A Party for Your Palette; Must-Try Maldivian Cuisine

Photo by joalibeing
Location: joali being
The magnificent Maldivian archipelago is not just a beautiful destination with alluring vistas and laid-back lifestyle that everyone wants to enjoy. It is also home to a vast range of culinary delights, inspired by recipes passed down to our ancestors from seafarers passing through or chancing upon our shores from across the globe. Food has been a Maldivian love language, our ancestors poured their hearts and souls into creating unique delicacies derived from dishes around the world. Maldivian food is a diverse ensemble of flavours originating from the Mediterranean, Persia, India, Sri Lanka, and more. Our main ingredients consist of coconut, fish, spices, starches, grains, and vegetables. 
Feasts are a huge part of our celebrations too, and letting our visitors be a part of this important aspect of our identity is something local communities and the hospitality industry take great pride in. Local resorts, guesthouses, hotels, and liveaboards always provide guests with options to try local dishes and drinks by regularly incorporating traditional and fusion Maldivian dishes in their buffet or à la carte menus. They also do special Maldivian lunches/dinners, on demand, which gives you the best opportunity to try all things local at your convenience. And the choices are extensive, from curries, side dishes, rice, bread, salads, sweet delicacies, and snacks of different flavours. Be it drinks, breakfast, dinner or lunch we got something for each mealtime or any occasion, with equally extensive options for vegetarians, vegans and gluten-free eaters.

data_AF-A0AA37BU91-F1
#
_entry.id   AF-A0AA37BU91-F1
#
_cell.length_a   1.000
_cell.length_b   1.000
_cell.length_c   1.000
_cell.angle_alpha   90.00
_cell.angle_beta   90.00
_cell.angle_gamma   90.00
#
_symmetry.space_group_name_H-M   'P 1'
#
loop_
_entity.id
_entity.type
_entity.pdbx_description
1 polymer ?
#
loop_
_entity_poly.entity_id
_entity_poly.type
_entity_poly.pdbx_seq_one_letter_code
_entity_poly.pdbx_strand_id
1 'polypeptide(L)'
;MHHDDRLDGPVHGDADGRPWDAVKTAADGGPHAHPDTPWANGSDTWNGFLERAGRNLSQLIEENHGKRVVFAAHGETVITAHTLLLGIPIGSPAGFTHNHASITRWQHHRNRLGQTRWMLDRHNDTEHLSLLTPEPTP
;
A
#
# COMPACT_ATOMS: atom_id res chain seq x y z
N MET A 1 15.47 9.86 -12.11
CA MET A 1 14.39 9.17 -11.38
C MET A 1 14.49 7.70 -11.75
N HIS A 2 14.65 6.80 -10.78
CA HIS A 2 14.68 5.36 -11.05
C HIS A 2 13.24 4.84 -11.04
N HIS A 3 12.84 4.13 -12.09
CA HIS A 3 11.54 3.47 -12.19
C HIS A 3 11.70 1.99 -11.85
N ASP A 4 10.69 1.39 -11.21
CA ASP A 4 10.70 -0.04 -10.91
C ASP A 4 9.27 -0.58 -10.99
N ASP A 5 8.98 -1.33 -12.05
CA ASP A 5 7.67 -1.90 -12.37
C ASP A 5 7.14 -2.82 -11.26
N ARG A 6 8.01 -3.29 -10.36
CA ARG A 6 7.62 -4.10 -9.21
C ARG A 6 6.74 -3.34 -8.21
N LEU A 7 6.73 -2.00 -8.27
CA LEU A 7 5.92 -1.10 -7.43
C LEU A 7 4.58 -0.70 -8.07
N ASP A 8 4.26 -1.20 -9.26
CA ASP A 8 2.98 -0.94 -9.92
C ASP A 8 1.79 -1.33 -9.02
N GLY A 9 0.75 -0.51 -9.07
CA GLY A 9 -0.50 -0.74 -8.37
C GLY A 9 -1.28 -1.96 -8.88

Photo by meeruisland
Location: Meeru Island
Essential thirst quenchers
Local drinks are mostly organic and sourced literally from our backyard. For instance, the most famous local drink would arguably be “Toddy”, which comes from the palm trees that are found in abundance in our isles. Toddy is made by cutting into the inflorescence and collecting the sap of the coconut tree flower. The murky drink is slightly sweet. Once tapped, it immediately begins fermenting. It is one of the most refreshing drinks, as per most people who've gotten a taste of it.
In addition to Toddy, a few other must-try local drinks include sour mango juice (the sweet mango one is just as good), or Bilimagu (bilimbi) juice. We think both of these are distant cousins of lemonade. If you get the chance, don’t miss out on trying the seasonal kashikeyo (screw pine) juice. It’s freshly squeezed and the consistency and taste are quite good.